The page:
03. Purposefully limited color palette

Designed for NorthSouth 40ft IPA brewery
(Image: 40ft Brewery)

Life in 2020 is nothing but limits, with our daily activities stripped of and packed into our most pressing needs. So, it makes sense that we’ve also seen a lot of limited color palettes all over the design world.

For example: NorthSouth Black and gold ribbon inspiration is spreading across cities and public spaces while branding IPA for the 40ft, post-isolated Brewery (above). Besides, the visual identifier of Mouthwash Studio Design for fashion label The Museum of Peace & Quiet and furniture retailer Waka Waka has kept color variation to a similar minimum.

The Yummy Colors Afterpay brand identity
(Image: Afterpay)

Elsewhere, Yummy Colors has taken the mint green trend and applied it to the Afterpay brand, partnered with Pantone to create a custom tone called Afterparty Bondi Mint, and engulf the new visual identity of them by color (above). This approach has been repeated with other shades of blue by Gretel’s NI Instruments identifier.

04. Progressive monochrome

Futurimpose’s new website, designed by the existing team
(Image: Futurimpose)

When it comes to retro colors, you can’t tell any older than black and white. But on the contrary, we’ve seen so many kinds of palettes like these used in 2020 not to evoke the past, but to herald a growing future. It seems that after the dominance of bright neon tones in the 2010s, monochrome is currently the best way to be edgy and out of the way.

For example, take a look at the image on the website for Futurimpose, a rebranding of a design studio formerly known as Superimpose (shown above). Monochrome is also used to create a great effect in the identifier for Love Raw’s vegan chocolate product. Daughter Studio and the site that pushes boundaries for user experience agency Vide Infra.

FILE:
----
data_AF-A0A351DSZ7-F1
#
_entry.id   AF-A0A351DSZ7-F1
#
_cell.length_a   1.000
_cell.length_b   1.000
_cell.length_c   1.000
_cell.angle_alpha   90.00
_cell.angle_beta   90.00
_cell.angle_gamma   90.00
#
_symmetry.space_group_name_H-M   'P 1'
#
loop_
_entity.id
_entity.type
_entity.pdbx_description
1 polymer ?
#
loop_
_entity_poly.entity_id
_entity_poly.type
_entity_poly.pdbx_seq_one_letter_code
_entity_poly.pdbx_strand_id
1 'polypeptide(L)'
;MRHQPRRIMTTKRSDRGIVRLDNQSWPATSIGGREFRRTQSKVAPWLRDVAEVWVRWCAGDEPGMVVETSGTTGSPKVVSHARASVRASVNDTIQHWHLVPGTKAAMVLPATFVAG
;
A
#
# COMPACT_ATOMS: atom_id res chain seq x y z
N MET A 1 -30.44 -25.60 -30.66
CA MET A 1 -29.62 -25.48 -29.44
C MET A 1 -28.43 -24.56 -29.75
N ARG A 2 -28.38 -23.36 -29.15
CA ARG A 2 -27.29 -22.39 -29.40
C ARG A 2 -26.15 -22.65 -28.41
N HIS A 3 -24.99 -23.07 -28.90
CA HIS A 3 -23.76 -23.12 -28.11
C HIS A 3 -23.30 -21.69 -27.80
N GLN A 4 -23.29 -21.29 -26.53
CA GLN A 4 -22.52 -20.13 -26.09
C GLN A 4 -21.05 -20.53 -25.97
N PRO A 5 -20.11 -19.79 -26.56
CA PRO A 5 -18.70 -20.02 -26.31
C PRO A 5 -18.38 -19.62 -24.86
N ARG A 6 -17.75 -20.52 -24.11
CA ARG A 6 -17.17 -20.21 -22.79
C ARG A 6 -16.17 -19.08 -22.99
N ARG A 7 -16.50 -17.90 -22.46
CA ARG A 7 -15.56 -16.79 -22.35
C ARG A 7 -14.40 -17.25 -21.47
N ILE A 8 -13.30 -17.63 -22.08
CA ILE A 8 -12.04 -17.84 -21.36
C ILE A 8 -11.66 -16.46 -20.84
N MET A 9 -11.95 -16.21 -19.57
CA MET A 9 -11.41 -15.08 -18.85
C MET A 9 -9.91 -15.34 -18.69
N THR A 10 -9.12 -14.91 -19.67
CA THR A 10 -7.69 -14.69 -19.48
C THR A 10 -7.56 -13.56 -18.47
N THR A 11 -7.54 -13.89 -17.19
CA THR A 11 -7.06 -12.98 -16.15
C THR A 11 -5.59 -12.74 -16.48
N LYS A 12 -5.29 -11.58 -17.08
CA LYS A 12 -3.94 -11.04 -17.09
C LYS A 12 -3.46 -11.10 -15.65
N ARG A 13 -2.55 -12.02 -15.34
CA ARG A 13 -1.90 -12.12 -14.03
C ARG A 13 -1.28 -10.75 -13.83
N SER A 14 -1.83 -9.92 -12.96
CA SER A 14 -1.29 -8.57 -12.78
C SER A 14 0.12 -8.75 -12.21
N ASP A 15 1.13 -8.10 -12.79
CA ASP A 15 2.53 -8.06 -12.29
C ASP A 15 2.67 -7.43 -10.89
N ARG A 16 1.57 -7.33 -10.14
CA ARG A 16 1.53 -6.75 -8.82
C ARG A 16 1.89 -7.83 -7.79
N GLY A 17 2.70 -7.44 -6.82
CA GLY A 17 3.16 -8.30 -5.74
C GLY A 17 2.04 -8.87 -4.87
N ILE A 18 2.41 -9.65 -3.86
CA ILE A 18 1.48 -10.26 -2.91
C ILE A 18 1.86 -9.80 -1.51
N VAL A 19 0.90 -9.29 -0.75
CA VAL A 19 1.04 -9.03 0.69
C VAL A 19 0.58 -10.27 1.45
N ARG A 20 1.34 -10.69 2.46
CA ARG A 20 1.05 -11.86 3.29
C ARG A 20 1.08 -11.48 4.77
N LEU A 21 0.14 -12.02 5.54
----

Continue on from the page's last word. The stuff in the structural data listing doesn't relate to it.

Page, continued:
Packaging for Diageo’s Johnnie Walker whiskey
(Image: Diageo)

There are also a bunch of signs that this color approach is slowly shifting from fringe cases to being a mainstream trend. For example, let’s take a look at the innovative packaging for Johnnie Walker brand new non-plastic whiskey bottles from Diageo (picture above).

Also note that monochrome doesn’t just mean black and white. The marketing agency, Beans, used to do the same trick with the yellow color on its recently redesigned website, designed by DOPS Digital.

05. Color as a political statement

Color has become a political factor this year
(Image: Instagram)

Can you make a political statement with just color? That question was quickly answered after the death of George Floyd in May, when millions of people around the world posted black squares on their social media in solidarity for the Black Lives Matter movement. (shown above).

Another example of this trend is that celebrities use pink in the US election race to show their support for the Democratic Party, a visual perspective for the march of women in January 2017. Either in Hong Kong, shops and businesses have expressed opposition or support for the democracy movement by encoding themselves with blue or yellow colors; related to umbrellas used to protect protesters against pepper spray from police.

Pantone wants to start a conversation about menstruation
(Image: Pantone / Intimina)

On another note, Pantone caught the attention of October by creating a new color in partnership with health brand Intimina called Period (above). An initial red tone represents steady flow during the menstrual cycle, this new color release aims to create a dialogue around menstruation and empower everyone in society, Regardless of gender, talk freely about this topic.

With politics becoming increasingly fragmented and unstable around the world and the inevitable economic slowdown inevitably helping problems, look forward to more in 2021. And The designer will have to do a good job of grasping the changing political significance of the color, let us subtly send good messages to our work.

Translator: Nam Vu
Source: creativebloq